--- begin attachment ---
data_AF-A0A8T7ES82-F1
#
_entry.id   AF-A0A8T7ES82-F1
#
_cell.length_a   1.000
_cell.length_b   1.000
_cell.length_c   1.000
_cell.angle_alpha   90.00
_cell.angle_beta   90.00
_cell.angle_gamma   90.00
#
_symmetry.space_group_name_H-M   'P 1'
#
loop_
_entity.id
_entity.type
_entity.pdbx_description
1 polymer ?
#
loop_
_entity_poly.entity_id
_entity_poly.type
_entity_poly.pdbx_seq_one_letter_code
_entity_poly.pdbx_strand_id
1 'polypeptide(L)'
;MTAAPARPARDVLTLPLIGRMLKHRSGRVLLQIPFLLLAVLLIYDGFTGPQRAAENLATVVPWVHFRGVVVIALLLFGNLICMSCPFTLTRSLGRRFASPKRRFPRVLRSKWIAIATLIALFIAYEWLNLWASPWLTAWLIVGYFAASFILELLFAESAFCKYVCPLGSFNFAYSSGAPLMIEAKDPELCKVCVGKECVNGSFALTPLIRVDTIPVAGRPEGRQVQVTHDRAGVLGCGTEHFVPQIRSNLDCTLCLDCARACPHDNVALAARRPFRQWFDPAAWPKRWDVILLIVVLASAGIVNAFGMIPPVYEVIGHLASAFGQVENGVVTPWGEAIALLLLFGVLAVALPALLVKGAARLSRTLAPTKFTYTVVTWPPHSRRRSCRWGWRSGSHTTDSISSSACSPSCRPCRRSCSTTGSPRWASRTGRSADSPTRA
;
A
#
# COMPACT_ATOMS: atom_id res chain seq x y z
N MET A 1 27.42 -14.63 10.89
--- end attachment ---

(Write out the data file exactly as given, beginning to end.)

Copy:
data_AF-A0A8T7ES82-F1
#
_entry.id   AF-A0A8T7ES82-F1
#
_cell.length_a   1.000
_cell.length_b   1.000
_cell.length_c   1.000
_cell.angle_alpha   90.00
_cell.angle_beta   90.00
_cell.angle_gamma   90.00
#
_symmetry.space_group_name_H-M   'P 1'
#
loop_
_entity.id
_entity.type
_entity.pdbx_description
1 polymer ?
#
loop_
_entity_poly.entity_id
_entity_poly.type
_entity_poly.pdbx_seq_one_letter_code
_entity_poly.pdbx_strand_id
1 'polypeptide(L)'
;MTAAPARPARDVLTLPLIGRMLKHRSGRVLLQIPFLLLAVLLIYDGFTGPQRAAENLATVVPWVHFRGVVVIALLLFGNLICMSCPFTLTRSLGRRFASPKRRFPRVLRSKWIAIATLIALFIAYEWLNLWASPWLTAWLIVGYFAASFILELLFAESAFCKYVCPLGSFNFAYSSGAPLMIEAKDPELCKVCVGKECVNGSFALTPLIRVDTIPVAGRPEGRQVQVTHDRAGVLGCGTEHFVPQIRSNLDCTLCLDCARACPHDNVALAARRPFRQWFDPAAWPKRWDVILLIVVLASAGIVNAFGMIPPVYEVIGHLASAFGQVENGVVTPWGEAIALLLLFGVLAVALPALLVKGAARLSRTLAPTKFTYTVVTWPPHSRRRSCRWGWRSGSHTTDSISSSACSPSCRPCRRSCSTTGSPRWASRTGRSADSPTRA
;
A
#
# COMPACT_ATOMS: atom_id res chain seq x y z
N MET A 1 27.42 -14.63 10.89